Photography Tips for Creating an Incredible Rental Listing


You’ve got a rental property that’s vacant, which means you need to craft a rental listing that will bring in potential applicants. But how do you make sure it will stand out in a sea of listings? You start with great, eye-catching, photos that give the people scrolling through listings a strong incentive to stop and take a closer look. Everyone has a camera on their phone right now, and somehow, that translates into the idea that anyone can take a good photo if they just point and click. That, however, is not the case. Read on for three ways to create rental photography that can help you secure your next tenant.

Get Multiple Angles of Each Room

There are certain things renters look for in an apartment or house, including an open floor plan and stainless steel appliances. What does that mean for you, the landlord? It means you can’t just take a single photo of each room and expect that to be enough. You need to take multiple angles of each room to show how different parts of the property play off of each other. The property isn’t just a series of rooms in isolation, after all. For instance, maybe you take one photo from the kitchen to show the view of the living room, and then one photo from the living room to show the view of the kitchen.

Photos should usually center certain things in each room. For instance, the kitchen photos should look relatively close to how they’ll look when someone is standing in the kitchen. You don’t want your photos to be angled either too high or too low. If you’ve got the counter space tenants dream of, then show it off to full effect. If you’ve just installed a fancy new backsplash, make sure to feature that, as well.

Take Photos Outside the Property

In 2018, the average rent is $1,209 a month for a one-bedroom apartment and $1,442 for a two-bedroom apartment. Those are both increases from 2017, although rent has actually gone down in cities like New York. The old rule that says renters shouldn’t spend more than 30 percent of their gross income on housing doesn’t really apply anymore, especially if you live in a major urban area.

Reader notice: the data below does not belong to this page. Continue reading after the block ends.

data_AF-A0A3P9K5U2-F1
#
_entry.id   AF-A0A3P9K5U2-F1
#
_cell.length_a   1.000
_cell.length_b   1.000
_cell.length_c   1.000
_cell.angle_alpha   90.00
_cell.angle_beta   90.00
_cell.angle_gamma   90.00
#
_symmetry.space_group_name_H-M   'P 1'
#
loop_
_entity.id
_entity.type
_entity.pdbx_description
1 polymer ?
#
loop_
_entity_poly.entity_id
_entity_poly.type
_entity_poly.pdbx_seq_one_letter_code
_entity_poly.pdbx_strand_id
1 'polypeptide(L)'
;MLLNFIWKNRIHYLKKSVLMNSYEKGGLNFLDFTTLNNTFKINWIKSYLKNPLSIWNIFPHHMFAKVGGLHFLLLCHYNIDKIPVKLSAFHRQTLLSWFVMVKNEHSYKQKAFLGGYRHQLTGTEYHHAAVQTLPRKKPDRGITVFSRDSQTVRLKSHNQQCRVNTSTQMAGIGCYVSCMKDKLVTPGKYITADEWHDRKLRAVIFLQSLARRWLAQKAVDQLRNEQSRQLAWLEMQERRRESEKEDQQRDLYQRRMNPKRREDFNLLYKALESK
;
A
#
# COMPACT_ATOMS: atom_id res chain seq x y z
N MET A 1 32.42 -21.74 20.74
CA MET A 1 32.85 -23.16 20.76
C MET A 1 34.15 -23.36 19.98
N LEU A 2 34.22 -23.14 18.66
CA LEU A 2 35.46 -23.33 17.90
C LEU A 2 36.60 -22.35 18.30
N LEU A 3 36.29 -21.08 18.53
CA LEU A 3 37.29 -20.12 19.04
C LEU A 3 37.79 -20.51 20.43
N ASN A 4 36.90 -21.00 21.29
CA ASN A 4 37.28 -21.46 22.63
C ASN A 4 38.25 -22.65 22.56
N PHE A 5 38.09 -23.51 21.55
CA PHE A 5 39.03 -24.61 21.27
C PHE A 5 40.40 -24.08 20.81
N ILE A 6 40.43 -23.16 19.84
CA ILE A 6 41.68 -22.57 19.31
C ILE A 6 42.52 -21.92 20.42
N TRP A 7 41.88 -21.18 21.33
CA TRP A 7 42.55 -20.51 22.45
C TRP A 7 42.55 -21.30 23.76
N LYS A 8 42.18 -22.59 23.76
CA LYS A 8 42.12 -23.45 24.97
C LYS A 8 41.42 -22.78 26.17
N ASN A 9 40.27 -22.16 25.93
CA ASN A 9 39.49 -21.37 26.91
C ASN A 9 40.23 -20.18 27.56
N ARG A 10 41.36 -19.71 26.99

This all means that if renters are going to pay more, it’s also fair for them to expect more. You can’t just show photos of the inside of your rental property; you need to go outside and snapshots of the surrounding property, as well. This is important whether you’ve got a house, duplex, or apartment. What does the parking lot look like? Are there carports to protect tenants’ cars from rainstorms in summer and snowstorms in winter? If so, photograph them. Show the front entrance of the apartment. If there’s a back patio or porch, display that, too.

You’ll get a lot of information about potential tenants through a tenant screening report, so you’ll want to give them plenty of information in return. Your goal is to give prospective tenants a full picture of what every aspect of their life in your property will be like.

Check the Lights (and the Flash)

We’ve all been there: We think we’re taking a great selfie, but then we look at the photo and realize that the overhead light reflecting off the bedroom mirror is casting an intense glare that ruins the whole thing. Do everything possible to avoid the glare, even if you have to lower or dim the lights and temporarily replace them with lamps or other lighting sources.

Speaking of mirrors, if you show up in a mirror or other reflective service, then you need to retake the photo. It may sound harsh, but prospective tenants want to see the property, not you. Don’t photobomb your own rental property; it’s just going to look distracting and unprofessional.

Following these photography tips should be a breeze. Feel free to take multiple shots of the same space and choose the best picture when listing your property. By offering angled photos of both the indoor and outdoor spaces all while being mindful of the lights and shadows, you should grab the attention of many tenants who would be interested in seeing your property in person.